Nestled on a quiet hillside among the saguaro cacti and ocotillo plants twenty miles south of Tucson, the Titan Missile Museum preserves one of the many bases that targeted the Soviet Union for over twenty years with bombs that could have destroyed all life on Earth. It is a shrine to peace through strength, or, depending on your point of view, to the madness of technology divorced from ethics.
After browsing the gift shop (nuclear war card games, “Got Nukes?” T-shirts, “Fallout” red wine, iron-on hammer-and-sickle shoulder patches, old Geiger counters, cans of emergency drinking water and “Watch for Aliens” street signs), we enter the museum.
The tour begins with a film narrated by a white-coated scientist who wears a beard and a long ponytail. He looks quite geeky, but to Sunbelt tourists he could also be the stereotyped image of a former peace protester who has seen the light. Technology has saved the world.
He tells the conventional history of the Cold War: how American ingenuity and know-how provided the means for successful deterrence of the Soviet threat. In the doctrine that came to be known as Mutual Assured Destruction (MAD), both sides understood that neither could start a nuclear war without being annihilated by the other; thus, strength and preparedness kept the peace. The “scientist” (almost certainly an actor) is functioning as a gatekeeper. To pass through this checkpoint and go on the tour, we must listen to a sanitized version of history that ignores Hiroshima, the fire-bombings of Dresden and Tokyo, CIA-sponsored coups in countless countries, three million dead in Southeast Asia, a half-million dead in Latin America and many trillions of dollars wasted.
We note the relevance of this thinking to the current gun control debate – the NRA’s insane argument of peace in the schools through arming absolutely everyone. We also note the mythic nature of his narrative: American motives were pure and innocent; the Soviets were the aggressors. Like the terrorists of George W. Bush’s era, they hated our freedoms.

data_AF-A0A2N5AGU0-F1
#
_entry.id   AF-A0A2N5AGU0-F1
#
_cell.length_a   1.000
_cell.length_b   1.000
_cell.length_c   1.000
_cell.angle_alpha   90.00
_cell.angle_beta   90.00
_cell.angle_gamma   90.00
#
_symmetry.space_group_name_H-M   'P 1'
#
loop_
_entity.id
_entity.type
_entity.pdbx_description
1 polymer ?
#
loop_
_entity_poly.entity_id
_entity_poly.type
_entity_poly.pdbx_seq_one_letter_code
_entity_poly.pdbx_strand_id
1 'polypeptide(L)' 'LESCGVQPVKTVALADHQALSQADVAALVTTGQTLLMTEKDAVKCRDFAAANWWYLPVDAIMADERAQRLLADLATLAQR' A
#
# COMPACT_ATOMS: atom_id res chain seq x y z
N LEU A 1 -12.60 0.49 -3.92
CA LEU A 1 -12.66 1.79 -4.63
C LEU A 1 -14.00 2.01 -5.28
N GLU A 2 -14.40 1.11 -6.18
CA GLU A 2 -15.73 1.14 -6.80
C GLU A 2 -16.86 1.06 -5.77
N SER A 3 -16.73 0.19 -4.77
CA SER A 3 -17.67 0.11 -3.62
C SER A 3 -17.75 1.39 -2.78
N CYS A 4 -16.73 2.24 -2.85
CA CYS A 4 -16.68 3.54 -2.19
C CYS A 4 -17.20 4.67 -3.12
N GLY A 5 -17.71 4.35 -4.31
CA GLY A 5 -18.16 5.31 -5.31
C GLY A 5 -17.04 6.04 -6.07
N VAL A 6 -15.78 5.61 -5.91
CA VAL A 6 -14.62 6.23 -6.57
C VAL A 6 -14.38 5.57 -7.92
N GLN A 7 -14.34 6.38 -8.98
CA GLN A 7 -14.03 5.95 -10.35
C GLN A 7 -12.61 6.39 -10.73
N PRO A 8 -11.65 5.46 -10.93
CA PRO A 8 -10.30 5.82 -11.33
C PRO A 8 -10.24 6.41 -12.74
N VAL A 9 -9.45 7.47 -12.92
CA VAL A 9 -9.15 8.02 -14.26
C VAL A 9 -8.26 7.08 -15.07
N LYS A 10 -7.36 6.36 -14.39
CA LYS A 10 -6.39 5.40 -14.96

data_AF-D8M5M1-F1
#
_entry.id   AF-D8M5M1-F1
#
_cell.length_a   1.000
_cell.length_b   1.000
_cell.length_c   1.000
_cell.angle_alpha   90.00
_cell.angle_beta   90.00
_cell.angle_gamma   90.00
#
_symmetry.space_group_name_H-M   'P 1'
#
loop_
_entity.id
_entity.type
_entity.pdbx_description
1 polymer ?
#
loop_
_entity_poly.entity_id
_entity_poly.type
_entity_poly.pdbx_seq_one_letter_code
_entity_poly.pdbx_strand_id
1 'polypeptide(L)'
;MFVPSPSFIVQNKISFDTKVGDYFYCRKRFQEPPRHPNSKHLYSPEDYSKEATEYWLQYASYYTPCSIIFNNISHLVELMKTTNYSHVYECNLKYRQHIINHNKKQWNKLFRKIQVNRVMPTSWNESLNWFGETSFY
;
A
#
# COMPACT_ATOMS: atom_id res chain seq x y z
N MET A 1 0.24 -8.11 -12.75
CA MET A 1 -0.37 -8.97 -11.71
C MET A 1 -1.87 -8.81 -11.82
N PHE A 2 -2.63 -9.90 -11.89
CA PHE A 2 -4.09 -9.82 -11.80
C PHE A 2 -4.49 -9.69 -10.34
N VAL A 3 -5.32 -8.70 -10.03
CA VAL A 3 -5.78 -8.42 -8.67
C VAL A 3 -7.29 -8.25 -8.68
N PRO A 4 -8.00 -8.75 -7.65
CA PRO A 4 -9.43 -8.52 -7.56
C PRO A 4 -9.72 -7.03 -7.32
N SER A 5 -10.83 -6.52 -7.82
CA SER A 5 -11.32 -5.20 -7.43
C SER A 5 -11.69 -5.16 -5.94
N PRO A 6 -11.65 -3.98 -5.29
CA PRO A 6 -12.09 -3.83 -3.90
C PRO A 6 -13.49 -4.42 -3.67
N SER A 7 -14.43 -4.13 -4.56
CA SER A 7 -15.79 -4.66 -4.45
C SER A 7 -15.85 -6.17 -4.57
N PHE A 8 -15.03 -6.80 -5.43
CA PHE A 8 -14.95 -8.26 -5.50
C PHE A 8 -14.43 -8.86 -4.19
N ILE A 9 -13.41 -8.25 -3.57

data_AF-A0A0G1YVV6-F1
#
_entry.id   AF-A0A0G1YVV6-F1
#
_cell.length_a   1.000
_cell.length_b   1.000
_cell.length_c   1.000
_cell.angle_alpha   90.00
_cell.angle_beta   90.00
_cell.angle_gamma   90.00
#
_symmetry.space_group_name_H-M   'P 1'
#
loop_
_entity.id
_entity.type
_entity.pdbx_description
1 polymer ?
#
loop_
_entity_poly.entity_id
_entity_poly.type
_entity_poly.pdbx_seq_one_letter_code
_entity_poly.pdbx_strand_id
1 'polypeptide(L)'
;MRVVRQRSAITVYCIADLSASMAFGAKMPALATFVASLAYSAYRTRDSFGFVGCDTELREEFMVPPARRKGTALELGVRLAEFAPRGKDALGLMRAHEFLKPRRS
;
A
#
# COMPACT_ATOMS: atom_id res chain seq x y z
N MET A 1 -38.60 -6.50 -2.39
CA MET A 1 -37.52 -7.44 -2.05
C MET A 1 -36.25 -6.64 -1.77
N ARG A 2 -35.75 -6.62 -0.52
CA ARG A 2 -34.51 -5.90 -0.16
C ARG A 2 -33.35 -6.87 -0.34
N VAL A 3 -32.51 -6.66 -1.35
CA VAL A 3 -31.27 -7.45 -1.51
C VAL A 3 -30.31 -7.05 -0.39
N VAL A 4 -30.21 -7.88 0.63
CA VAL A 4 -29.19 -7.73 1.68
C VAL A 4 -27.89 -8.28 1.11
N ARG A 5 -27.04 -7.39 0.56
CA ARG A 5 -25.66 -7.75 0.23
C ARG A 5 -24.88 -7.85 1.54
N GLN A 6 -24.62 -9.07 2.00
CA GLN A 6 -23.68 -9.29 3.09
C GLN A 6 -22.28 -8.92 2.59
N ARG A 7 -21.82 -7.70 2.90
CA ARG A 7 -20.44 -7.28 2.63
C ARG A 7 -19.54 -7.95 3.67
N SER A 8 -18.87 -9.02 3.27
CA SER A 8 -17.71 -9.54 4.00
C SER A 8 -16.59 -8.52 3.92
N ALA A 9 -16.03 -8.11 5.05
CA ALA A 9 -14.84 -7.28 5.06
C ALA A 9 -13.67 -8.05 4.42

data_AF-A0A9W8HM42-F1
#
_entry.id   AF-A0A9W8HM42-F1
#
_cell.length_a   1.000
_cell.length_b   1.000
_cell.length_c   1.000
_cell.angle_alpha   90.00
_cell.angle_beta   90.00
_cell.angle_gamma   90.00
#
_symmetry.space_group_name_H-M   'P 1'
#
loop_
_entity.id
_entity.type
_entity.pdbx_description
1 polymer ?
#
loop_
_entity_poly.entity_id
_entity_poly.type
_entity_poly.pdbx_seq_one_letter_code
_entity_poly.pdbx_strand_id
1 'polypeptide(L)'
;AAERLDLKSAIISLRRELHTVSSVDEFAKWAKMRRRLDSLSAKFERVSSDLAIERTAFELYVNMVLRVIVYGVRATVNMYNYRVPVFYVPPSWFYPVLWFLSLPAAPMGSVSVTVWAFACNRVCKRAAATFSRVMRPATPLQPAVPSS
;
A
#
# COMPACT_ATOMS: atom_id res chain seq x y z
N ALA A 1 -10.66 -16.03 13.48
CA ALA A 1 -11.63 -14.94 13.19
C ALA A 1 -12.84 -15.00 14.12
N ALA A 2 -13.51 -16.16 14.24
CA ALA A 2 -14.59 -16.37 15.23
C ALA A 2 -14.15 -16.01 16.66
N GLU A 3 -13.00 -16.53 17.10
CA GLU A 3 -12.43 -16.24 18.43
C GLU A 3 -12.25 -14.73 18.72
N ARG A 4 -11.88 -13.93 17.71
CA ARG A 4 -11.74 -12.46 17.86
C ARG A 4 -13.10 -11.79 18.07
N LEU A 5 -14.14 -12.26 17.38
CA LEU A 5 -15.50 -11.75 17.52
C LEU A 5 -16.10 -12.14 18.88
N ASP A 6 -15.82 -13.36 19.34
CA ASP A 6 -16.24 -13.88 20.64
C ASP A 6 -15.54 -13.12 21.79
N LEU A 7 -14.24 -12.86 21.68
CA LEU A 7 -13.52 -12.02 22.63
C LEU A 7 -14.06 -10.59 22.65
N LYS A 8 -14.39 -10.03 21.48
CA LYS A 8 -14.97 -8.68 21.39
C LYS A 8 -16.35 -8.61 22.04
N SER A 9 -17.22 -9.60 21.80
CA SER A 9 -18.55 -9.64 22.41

But the truth is that at almost any point from 1945 to 1990, the U.S. attempted to achieve technological superiority for first-strike capability (including “Star Wars”), that the USSR was constantly playing catch-up, and that such attempts were used as evidence of the need for further billions in American expenditures.
After the film, a tour guide leads us through the gates (literally, two-foot-thick steel doors) and into the underground complex of bunkers. We view the ten-story missile with its twelve-foot diameter payload. She tells us how the crewmembers entrusted with the launch codes could never be left alone. Curiously replicating the paranoia that had seized the nation above ground, each was ordered to spy on his partners.
She explains the multiple, complex systems designed to prevent accidental launch. I ask her if the Soviets had similar measures, and she brushes off my question. This tour is, after all, about our own national willingness to – what? – die for love of country? Destroy all of humanity for love of country?
We do know, however, that the only thing that did prevent a Soviet nuclear attack during the 1962 Cuban missile crisis was that one individual, a Soviet submarine officer, cared enough for the future of the world to refuse to push the button when he was ordered to (http://en.wikipedia.org/wiki/Vasili_Arkhipov).
In the end, the Cold War did achieve one of its stated ends: it bankrupted the USSR and led to its downfall. What the narrative fails to address is that it also bankrupted us. In a mere eight years, Ronald Reagan’s military budget and tax cuts turned the United States – the world’s largest creditor nation – into its largest debtor.
But the museum’s narrative is a lie at a deeper level: it assumes American innocence. It assumes that the U.S. developed the MAD policy as the only way to prevent full-scale war. In fact, elements at the very top of our national security apparatus have always lobbied for unnecessary, unilateral, unprovoked attacks on the various Others of the world, from Hiroshima to Iran.
Deterrence had one primary function – to prevent counter-attacks, to limit any response. And the Cold War was a massive lie from beginning to end.
Part Two will elaborate.